How to Use Your Mind eBook

This eBook from the Gutenberg Project consists of approximately 133 pages of information about How to Use Your Mind.

How to Use Your Mind eBook

This eBook from the Gutenberg Project consists of approximately 133 pages of information about How to Use Your Mind.

In concluding our discussion of physical hygiene for the student, we cannot stress too much the value of relaxation.  The life of a student is a trying one.  It exercises chiefly the higher brain centres and keeps the organism keyed up to a high pitch.  These centres become fatigued easily and ought to be rested occasionally.  Therefore, the student should relax at intervals, and engage in something remote from study.  To forget books for an entire week-end is often wisdom; to have a hobby or an avocation is also wise.  A student must not forget that he is something more than an intellectual being.  He is a physical organism and a social being, and the well-rounded life demands that all phases receive expression.  We grant that it is wrong to exalt the physical and stunt the mental, but it is also wrong to develop the intellectual and neglect the physical.  We must recognize with Browning that,

      all good things
Are ours, nor soul helps flesh more, now,
  than flesh helps soul.



Patrick (14) Chapters I, II and VII.  Stiles (18) and (19).

Swift (20) Chapter X.

Exercise 1.  With the help of a book on dietetics prepare an ideal day’s bill of fare for a student.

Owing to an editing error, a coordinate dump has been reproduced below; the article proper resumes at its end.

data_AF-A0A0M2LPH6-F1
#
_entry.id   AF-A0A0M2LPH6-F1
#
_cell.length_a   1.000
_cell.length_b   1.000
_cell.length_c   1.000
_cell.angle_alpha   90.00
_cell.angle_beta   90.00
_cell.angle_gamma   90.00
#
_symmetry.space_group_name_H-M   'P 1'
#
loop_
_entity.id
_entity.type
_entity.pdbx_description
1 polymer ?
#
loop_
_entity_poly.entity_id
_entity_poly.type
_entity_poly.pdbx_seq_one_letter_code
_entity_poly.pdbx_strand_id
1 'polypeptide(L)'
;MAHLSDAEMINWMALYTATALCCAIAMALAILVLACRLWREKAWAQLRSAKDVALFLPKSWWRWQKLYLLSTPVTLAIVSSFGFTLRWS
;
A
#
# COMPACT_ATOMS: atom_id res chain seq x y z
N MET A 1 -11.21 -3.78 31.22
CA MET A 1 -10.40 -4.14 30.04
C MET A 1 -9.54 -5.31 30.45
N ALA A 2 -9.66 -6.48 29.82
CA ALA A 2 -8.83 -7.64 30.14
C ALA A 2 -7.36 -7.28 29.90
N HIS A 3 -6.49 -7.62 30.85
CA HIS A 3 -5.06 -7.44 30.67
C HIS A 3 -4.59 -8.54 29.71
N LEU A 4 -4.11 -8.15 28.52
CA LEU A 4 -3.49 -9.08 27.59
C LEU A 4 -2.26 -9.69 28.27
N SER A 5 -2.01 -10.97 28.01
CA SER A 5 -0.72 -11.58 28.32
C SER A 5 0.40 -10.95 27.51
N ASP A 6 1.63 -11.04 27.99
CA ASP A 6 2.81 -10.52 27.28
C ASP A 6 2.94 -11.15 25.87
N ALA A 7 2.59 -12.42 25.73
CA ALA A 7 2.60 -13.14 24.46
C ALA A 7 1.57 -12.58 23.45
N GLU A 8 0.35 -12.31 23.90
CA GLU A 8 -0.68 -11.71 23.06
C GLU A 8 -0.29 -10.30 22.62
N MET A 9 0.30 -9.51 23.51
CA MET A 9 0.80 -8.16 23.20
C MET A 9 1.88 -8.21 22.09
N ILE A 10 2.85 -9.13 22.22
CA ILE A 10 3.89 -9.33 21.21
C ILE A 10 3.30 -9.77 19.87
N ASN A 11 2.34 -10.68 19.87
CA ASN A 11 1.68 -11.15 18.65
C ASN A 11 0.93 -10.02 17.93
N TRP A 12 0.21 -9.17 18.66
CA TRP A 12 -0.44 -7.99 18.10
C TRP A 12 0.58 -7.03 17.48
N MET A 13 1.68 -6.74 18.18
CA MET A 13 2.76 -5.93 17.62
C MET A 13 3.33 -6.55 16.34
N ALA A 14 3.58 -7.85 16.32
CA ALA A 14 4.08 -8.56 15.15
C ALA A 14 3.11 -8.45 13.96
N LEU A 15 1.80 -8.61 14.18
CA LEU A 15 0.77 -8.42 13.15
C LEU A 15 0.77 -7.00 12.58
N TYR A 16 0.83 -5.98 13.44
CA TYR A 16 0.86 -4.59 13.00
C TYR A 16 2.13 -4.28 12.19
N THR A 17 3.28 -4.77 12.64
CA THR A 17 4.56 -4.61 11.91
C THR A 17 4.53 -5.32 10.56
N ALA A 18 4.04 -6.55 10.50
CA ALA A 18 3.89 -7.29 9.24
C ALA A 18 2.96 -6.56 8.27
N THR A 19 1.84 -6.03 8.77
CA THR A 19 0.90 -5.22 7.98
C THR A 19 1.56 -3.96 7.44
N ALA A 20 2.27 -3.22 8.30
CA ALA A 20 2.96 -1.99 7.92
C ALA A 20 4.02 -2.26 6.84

Besides the standard texts in general and educational psychology, the following books bear with especial intimacy upon the topics treated in this book: 

1.  Adams, John, Making the Most of One’s Mind, New York:  George H. Doran Co., 1915.

2.  Dearborn, George V., How to Learn Easily, Boston:  Little, Brown & Co., 1918.

3.  Dewey, John, How we Think, Boston:  D.C.  Heath & Co., 1910.

4.  Dewey, John, Interest and Effort in Education, Boston:  Houghton, Mifflin Co., 1913.

5.  Fulton, Maurice (ed.), College Life, Its Conditions and Problems, The Macmillan Co., 1915.

6.  Hall-Quest, Alfred L., Supervised Study, New York:  The Macmillan Co., 1916.

7.  Herrick, C. Judson, An Introduction to Neurology, Philadelphia:  W.B.  Saunders Co., 1915.

8.  James, William, Talks to Teachers on Psychology, and to Students on Some of Life’s Ideals, New York. 1899.

9.  James, William, The Energies of Men, New York:  Moffatt, Yard & Co., 1917.

10.  Kerfoot, John B., How to Read, Boston:  Houghton, Mifflin & Co., 1916.

11.  Lockwood, Francis (comp.), The Freshman and His College, Boston:  D.C.  Heath & Co., 1913.

12.  Lowe, John Adams, Books and Libraries, Boston:  The Boston Book Co., 1917.

13.  McMurry, Frank M., How to Study, Boston:  Houghton, Mifflin & Co., 1909.

14.  Patrick, George T. W., The Psychology of Relaxation, Boston:  Houghton, Mifflin & Co., 1916.

15.  Sandwick, Richard L., How to Study and What to Study, Boston:  D.C.  Heath & Co., 1915.

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How to Use Your Mind from Project Gutenberg. Public domain.